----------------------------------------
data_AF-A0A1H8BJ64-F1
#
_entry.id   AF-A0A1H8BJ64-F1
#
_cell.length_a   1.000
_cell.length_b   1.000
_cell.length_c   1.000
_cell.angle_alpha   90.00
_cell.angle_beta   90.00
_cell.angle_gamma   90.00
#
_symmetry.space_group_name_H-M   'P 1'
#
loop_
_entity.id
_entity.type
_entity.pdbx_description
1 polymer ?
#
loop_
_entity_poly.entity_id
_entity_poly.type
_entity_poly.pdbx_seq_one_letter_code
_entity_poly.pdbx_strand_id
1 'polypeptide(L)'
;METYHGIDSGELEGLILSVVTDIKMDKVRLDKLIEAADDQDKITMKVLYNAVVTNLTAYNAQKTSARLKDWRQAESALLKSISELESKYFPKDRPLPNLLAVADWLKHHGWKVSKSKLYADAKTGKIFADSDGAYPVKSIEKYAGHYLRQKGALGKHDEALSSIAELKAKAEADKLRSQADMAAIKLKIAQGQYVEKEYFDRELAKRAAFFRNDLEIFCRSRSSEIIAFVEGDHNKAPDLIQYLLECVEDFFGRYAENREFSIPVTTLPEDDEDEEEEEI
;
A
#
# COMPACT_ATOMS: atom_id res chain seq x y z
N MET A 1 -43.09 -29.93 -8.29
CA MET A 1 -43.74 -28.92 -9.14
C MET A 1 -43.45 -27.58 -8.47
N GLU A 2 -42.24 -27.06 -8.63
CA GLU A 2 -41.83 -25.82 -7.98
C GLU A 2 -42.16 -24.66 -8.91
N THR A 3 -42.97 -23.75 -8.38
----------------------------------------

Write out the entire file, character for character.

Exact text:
data_AF-A0A1H8BJ64-F1
#
_entry.id   AF-A0A1H8BJ64-F1
#
_cell.length_a   1.000
_cell.length_b   1.000
_cell.length_c   1.000
_cell.angle_alpha   90.00
_cell.angle_beta   90.00
_cell.angle_gamma   90.00
#
_symmetry.space_group_name_H-M   'P 1'
#
loop_
_entity.id
_entity.type
_entity.pdbx_description
1 polymer ?
#
loop_
_entity_poly.entity_id
_entity_poly.type
_entity_poly.pdbx_seq_one_letter_code
_entity_poly.pdbx_strand_id
1 'polypeptide(L)'
;METYHGIDSGELEGLILSVVTDIKMDKVRLDKLIEAADDQDKITMKVLYNAVVTNLTAYNAQKTSARLKDWRQAESALLKSISELESKYFPKDRPLPNLLAVADWLKHHGWKVSKSKLYADAKTGKIFADSDGAYPVKSIEKYAGHYLRQKGALGKHDEALSSIAELKAKAEADKLRSQADMAAIKLKIAQGQYVEKEYFDRELAKRAAFFRNDLEIFCRSRSSEIIAFVEGDHNKAPDLIQYLLECVEDFFGRYAENREFSIPVTTLPEDDEDEEEEEI
;
A
#
# COMPACT_ATOMS: atom_id res chain seq x y z
N MET A 1 -43.09 -29.93 -8.29
CA MET A 1 -43.74 -28.92 -9.14
C MET A 1 -43.45 -27.58 -8.47
N GLU A 2 -42.24 -27.06 -8.63
CA GLU A 2 -41.83 -25.82 -7.98
C GLU A 2 -42.16 -24.66 -8.91
N THR A 3 -42.97 -23.75 -8.38